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My employer is relocating offices in a few months and the new location will require that I commute an extra 45 kilometres every day. Is it reasonable to ask for more compensation for this? How do I determine how much more? And how do I go about asking for it?

The job is worth the commute, but I want to be compensated for it.


Billy Anderson

Commuting can be exhausting in addition to the extra expense. While I’ve never heard of anyone getting compensation for this when the increase in their commute is only 45 kilometres, it doesn’t mean it’s not worth a try.

Most organizations want to avoid monetary payments or salary increases for a number of reasons. Therefore it’s wise to have other options to discuss, too.

But first, are you more concerned about the added expense or do you simply hate the idea of a longer commute? Will less free time each day have a negative impact on your personal relationships and responsibilities? Monetary compensation won’t solve that problem.

If it’s the additional commuting time that you dislike, you could ask for more flexible work hours to avoid rush-hour traffic, one work-from-home day each week, or a few extra vacation days. Those options don’t cost the company anything on paper. Obviously, the feasibility of this depends on the nature of your job.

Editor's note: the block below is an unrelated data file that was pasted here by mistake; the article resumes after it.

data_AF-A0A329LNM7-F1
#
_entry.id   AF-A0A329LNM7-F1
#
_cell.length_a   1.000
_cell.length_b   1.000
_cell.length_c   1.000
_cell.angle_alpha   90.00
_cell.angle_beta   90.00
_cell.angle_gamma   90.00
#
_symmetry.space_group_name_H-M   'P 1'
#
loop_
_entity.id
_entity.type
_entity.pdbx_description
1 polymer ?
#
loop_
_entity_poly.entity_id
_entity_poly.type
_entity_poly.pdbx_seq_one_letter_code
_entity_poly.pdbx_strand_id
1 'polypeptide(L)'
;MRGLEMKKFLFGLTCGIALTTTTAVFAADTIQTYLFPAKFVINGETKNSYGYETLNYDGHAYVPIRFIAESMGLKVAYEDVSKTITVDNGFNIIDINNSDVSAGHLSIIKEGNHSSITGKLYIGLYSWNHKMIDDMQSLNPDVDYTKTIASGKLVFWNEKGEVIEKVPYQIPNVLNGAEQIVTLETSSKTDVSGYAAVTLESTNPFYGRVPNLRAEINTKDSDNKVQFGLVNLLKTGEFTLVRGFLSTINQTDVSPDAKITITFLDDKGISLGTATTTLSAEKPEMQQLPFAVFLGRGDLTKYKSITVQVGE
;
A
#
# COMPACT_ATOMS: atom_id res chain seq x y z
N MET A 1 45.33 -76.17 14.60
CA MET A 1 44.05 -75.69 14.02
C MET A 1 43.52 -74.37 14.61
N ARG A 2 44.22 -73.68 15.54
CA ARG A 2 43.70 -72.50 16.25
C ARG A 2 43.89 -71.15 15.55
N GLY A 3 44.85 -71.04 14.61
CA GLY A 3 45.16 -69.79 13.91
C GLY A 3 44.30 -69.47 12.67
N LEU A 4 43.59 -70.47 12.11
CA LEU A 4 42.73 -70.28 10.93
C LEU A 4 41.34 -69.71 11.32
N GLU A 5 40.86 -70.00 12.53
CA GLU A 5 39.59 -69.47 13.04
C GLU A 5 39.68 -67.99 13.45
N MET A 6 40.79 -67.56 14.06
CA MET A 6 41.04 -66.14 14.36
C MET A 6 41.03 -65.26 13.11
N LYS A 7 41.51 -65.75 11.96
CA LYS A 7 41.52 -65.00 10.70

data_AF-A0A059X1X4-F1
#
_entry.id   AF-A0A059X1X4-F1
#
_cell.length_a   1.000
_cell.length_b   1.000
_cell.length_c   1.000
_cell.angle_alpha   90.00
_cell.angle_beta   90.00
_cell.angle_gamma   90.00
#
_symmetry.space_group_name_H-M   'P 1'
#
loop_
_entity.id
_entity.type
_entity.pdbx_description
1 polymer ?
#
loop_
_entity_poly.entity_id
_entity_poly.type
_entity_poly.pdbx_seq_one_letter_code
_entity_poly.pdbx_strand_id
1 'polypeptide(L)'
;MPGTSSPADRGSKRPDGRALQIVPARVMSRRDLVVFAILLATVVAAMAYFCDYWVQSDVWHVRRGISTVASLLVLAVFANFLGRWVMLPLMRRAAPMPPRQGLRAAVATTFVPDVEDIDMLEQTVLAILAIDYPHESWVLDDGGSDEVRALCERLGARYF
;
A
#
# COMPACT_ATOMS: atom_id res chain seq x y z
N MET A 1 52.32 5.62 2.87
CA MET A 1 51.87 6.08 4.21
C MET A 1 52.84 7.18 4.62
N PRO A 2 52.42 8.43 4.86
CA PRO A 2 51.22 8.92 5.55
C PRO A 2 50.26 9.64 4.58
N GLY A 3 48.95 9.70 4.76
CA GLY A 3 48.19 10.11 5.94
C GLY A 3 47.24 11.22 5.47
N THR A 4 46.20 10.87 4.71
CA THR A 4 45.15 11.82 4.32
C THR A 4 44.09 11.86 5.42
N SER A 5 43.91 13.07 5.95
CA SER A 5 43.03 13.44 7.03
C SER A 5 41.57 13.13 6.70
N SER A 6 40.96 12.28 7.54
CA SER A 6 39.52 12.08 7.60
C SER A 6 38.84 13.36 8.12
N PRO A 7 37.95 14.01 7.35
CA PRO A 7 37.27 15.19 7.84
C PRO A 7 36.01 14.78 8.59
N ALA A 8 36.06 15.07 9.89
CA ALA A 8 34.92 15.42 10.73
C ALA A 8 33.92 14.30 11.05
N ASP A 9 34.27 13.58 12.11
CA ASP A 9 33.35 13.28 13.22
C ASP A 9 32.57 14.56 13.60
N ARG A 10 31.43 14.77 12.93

If it’s strictly a monetary concern, there is no harm in asking for a raise but your organization might be more receptive to a parking pass or public transit pass.

Either way, make it clear that you want to stay with the company and explain how you feel the added commute will affect you. Providing options shows that you are willing to be flexible.

Keep in mind that your success will partly depend on your boss’s willingness to ask for more on your behalf, if your boss doesn’t have the power to make the decision on his or her own.